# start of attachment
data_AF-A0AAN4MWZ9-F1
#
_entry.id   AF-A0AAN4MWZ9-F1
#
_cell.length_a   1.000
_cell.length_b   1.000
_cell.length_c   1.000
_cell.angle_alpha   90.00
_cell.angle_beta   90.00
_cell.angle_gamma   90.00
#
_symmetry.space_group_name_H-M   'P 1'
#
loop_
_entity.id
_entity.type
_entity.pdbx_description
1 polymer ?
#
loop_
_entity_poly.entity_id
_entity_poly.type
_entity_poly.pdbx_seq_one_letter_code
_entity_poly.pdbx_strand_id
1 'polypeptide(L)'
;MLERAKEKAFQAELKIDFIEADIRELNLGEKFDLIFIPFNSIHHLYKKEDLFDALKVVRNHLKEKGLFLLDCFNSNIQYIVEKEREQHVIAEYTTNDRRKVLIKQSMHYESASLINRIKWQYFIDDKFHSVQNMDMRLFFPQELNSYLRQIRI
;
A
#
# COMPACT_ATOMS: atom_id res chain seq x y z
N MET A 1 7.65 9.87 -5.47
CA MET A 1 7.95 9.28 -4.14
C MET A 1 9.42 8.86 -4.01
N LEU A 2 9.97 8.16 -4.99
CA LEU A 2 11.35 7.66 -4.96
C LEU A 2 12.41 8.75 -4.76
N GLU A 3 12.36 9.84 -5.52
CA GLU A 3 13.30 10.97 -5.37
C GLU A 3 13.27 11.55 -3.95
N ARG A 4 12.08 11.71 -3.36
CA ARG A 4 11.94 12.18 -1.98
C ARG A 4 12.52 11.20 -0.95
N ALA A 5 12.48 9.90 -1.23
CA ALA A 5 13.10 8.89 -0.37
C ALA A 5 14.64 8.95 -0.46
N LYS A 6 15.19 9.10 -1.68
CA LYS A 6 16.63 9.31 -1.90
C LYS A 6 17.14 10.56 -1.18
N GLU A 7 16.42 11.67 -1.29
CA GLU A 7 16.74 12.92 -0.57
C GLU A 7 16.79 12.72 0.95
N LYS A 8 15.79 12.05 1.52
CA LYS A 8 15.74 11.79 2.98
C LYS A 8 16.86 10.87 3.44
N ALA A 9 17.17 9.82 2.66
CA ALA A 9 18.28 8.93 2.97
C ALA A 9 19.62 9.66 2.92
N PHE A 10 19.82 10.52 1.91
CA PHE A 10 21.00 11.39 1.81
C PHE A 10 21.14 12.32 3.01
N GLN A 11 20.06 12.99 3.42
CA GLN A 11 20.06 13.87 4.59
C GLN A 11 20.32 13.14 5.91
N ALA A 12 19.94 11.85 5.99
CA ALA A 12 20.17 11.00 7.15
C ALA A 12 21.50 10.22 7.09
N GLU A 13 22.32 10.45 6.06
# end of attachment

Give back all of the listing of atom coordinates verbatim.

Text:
data_AF-A0AAN4MWZ9-F1
#
_entry.id   AF-A0AAN4MWZ9-F1
#
_cell.length_a   1.000
_cell.length_b   1.000
_cell.length_c   1.000
_cell.angle_alpha   90.00
_cell.angle_beta   90.00
_cell.angle_gamma   90.00
#
_symmetry.space_group_name_H-M   'P 1'
#
loop_
_entity.id
_entity.type
_entity.pdbx_description
1 polymer ?
#
loop_
_entity_poly.entity_id
_entity_poly.type
_entity_poly.pdbx_seq_one_letter_code
_entity_poly.pdbx_strand_id
1 'polypeptide(L)'
;MLERAKEKAFQAELKIDFIEADIRELNLGEKFDLIFIPFNSIHHLYKKEDLFDALKVVRNHLKEKGLFLLDCFNSNIQYIVEKEREQHVIAEYTTNDRRKVLIKQSMHYESASLINRIKWQYFIDDKFHSVQNMDMRLFFPQELNSYLRQIRI
;
A
#
# COMPACT_ATOMS: atom_id res chain seq x y z
N MET A 1 7.65 9.87 -5.47
CA MET A 1 7.95 9.28 -4.14
C MET A 1 9.42 8.86 -4.01
N LEU A 2 9.97 8.16 -4.99
CA LEU A 2 11.35 7.66 -4.96
C LEU A 2 12.41 8.75 -4.76
N GLU A 3 12.36 9.84 -5.52
CA GLU A 3 13.30 10.97 -5.37
C GLU A 3 13.27 11.55 -3.95
N ARG A 4 12.08 11.71 -3.36
CA ARG A 4 11.94 12.18 -1.98
C ARG A 4 12.52 11.20 -0.95
N ALA A 5 12.48 9.90 -1.23
CA ALA A 5 13.10 8.89 -0.37
C ALA A 5 14.64 8.95 -0.46
N LYS A 6 15.19 9.10 -1.68
CA LYS A 6 16.63 9.31 -1.90
C LYS A 6 17.14 10.56 -1.18
N GLU A 7 16.42 11.67 -1.29
CA GLU A 7 16.74 12.92 -0.57
C GLU A 7 16.79 12.72 0.95
N LYS A 8 15.79 12.05 1.52
CA LYS A 8 15.74 11.79 2.98
C LYS A 8 16.86 10.87 3.44
N ALA A 9 17.17 9.82 2.66
CA ALA A 9 18.28 8.93 2.97
C ALA A 9 19.62 9.66 2.92
N PHE A 10 19.82 10.52 1.91
CA PHE A 10 21.00 11.39 1.81
C PHE A 10 21.14 12.32 3.01
N GLN A 11 20.06 12.99 3.42
CA GLN A 11 20.06 13.87 4.59
C GLN A 11 20.32 13.14 5.91
N ALA A 12 19.94 11.85 5.99
CA ALA A 12 20.17 11.00 7.15
C ALA A 12 21.50 10.22 7.09
N GLU A 13 22.32 10.45 6.06